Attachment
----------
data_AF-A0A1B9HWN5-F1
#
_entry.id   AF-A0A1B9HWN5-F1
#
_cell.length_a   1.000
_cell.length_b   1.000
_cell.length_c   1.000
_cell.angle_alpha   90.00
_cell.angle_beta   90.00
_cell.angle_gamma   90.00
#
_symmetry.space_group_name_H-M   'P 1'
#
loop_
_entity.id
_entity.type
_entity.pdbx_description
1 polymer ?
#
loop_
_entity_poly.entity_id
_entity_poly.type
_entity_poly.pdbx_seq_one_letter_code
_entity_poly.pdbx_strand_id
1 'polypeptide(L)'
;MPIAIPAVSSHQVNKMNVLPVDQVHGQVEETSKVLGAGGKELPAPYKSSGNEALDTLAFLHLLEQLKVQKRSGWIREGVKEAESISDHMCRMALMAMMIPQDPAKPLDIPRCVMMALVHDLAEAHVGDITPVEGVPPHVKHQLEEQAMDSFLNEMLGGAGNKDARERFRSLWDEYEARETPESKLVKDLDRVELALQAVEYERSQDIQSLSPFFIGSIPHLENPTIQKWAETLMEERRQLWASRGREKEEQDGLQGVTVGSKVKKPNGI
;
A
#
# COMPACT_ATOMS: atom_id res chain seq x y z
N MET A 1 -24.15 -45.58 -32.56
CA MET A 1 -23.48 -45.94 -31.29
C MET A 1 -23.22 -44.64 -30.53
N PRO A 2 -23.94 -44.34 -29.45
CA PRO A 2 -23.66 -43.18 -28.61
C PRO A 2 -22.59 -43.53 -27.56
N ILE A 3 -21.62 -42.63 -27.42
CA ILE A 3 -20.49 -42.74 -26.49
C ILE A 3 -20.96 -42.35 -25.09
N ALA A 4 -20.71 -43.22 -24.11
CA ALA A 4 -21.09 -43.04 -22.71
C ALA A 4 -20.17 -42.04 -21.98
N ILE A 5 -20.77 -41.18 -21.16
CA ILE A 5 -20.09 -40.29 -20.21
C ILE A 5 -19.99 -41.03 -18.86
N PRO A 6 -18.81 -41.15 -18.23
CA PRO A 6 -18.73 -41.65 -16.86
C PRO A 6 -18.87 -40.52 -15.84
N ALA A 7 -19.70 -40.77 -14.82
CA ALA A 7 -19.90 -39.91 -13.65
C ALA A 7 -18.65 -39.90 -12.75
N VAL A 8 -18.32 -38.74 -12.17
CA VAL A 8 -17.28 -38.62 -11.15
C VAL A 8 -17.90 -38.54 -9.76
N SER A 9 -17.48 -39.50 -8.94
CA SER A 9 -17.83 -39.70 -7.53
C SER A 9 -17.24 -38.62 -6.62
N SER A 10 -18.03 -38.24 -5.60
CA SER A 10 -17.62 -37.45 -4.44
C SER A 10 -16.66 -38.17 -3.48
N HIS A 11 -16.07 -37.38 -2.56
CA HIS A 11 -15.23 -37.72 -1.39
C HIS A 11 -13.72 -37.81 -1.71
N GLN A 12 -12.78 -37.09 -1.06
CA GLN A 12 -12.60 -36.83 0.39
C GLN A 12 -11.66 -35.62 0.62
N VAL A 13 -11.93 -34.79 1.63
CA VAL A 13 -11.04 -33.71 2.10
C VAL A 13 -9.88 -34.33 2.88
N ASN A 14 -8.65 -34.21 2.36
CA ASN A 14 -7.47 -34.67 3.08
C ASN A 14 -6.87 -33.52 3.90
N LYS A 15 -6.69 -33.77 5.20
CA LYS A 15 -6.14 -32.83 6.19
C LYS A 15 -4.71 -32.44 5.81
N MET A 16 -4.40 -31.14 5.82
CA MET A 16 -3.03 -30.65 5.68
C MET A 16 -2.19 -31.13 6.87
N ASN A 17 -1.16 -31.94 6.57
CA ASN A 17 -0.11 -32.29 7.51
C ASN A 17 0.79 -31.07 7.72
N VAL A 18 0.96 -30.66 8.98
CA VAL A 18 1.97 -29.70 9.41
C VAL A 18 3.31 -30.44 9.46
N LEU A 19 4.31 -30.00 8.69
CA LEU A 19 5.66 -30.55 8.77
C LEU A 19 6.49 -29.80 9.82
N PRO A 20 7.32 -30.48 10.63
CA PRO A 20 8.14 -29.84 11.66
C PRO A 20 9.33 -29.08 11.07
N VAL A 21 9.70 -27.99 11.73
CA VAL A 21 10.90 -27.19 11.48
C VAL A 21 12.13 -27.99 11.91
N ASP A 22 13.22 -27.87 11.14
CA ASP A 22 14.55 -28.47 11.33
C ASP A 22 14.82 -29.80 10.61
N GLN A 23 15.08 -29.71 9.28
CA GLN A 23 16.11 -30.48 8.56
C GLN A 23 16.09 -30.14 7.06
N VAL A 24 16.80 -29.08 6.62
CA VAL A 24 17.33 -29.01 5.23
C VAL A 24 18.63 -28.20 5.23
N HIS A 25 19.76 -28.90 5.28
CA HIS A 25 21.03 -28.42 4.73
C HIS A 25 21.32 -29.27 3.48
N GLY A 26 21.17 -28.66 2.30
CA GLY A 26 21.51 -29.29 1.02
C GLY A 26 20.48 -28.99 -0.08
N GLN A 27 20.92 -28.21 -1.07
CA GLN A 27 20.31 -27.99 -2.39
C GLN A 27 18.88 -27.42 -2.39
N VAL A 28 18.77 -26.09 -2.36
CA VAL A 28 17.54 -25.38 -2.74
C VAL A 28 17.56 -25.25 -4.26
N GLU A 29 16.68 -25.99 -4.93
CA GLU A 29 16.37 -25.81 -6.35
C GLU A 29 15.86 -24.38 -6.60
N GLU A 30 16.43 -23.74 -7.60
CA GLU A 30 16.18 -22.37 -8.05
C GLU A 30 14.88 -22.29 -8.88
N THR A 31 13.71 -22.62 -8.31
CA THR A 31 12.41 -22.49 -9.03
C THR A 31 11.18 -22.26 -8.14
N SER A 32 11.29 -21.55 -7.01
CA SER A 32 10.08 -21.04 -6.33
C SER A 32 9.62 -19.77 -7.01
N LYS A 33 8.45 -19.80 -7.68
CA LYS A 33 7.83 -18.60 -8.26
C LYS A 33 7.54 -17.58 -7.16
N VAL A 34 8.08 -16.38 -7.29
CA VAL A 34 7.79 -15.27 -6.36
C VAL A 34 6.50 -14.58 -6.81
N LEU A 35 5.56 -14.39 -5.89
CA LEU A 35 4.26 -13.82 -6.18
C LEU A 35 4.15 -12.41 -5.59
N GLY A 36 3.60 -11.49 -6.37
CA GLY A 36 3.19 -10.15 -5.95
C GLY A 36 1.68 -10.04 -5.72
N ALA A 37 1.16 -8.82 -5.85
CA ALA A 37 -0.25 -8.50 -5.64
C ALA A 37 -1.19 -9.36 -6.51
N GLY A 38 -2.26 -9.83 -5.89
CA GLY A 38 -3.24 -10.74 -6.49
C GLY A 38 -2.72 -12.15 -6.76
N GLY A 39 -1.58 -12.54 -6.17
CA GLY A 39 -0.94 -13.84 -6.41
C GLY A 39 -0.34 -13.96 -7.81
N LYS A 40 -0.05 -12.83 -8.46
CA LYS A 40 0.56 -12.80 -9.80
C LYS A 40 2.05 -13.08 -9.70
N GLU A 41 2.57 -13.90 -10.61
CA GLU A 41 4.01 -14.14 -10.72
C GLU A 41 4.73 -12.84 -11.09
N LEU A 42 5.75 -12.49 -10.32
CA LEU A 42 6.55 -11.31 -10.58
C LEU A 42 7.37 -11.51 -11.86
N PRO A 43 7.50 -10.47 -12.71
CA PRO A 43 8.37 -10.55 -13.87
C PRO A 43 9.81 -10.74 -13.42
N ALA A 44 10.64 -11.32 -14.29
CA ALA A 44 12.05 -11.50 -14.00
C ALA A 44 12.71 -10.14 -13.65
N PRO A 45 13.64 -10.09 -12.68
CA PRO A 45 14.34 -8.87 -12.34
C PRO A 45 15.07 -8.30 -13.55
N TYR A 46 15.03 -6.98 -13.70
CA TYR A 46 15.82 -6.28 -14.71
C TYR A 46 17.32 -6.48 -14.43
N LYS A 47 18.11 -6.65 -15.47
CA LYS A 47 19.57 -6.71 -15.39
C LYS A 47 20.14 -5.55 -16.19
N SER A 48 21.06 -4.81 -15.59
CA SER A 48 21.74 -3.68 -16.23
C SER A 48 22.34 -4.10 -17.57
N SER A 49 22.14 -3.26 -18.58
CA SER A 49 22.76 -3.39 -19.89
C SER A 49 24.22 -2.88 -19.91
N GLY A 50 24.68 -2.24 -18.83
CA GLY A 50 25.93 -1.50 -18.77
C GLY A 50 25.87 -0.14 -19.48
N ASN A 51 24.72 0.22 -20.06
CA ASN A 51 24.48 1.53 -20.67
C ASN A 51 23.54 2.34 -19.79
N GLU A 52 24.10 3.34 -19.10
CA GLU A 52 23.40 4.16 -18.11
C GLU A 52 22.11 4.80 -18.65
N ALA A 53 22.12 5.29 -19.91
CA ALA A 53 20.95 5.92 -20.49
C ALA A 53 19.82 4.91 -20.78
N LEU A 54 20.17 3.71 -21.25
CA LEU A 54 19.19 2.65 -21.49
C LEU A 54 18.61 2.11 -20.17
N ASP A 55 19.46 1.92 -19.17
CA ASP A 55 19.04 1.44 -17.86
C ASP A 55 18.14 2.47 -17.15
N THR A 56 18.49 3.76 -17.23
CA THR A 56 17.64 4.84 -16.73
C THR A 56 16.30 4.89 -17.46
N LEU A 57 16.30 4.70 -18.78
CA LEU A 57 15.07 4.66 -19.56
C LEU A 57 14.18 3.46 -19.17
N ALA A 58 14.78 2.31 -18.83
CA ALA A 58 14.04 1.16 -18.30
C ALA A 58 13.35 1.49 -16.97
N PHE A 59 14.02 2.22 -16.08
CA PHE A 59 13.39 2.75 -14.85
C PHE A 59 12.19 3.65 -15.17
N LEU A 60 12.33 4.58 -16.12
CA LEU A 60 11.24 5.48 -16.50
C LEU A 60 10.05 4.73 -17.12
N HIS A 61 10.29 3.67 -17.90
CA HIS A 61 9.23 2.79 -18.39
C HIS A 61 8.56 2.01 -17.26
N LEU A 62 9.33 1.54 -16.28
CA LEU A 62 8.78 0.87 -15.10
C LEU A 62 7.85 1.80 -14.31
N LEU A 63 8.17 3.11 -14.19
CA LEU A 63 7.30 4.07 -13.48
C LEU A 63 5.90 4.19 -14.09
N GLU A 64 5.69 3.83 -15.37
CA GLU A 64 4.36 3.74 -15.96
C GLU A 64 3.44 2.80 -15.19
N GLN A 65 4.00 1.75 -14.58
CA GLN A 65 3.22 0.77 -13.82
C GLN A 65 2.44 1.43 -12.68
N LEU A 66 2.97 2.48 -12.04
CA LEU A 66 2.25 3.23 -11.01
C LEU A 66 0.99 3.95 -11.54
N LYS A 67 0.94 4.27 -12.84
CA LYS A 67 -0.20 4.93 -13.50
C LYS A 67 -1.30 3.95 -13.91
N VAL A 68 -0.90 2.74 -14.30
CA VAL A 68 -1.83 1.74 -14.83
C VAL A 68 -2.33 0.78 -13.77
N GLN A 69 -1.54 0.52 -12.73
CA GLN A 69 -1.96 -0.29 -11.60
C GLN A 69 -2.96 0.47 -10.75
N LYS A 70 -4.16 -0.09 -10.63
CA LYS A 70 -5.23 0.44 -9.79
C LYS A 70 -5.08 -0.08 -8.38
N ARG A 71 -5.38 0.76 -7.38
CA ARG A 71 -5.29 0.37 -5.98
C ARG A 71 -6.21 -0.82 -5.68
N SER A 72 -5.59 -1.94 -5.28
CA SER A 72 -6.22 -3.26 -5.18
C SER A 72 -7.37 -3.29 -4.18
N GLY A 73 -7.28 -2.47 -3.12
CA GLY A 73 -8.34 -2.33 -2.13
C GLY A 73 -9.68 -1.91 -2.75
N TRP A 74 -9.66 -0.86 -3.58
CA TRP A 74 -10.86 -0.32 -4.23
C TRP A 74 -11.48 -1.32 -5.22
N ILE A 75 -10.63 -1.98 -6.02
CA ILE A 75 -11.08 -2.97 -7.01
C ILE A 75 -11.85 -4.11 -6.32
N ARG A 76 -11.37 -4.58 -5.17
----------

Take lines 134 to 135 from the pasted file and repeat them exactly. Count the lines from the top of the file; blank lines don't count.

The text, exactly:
CA LEU A 35 4.26 -13.82 -6.18
C LEU A 35 4.15 -12.41 -5.59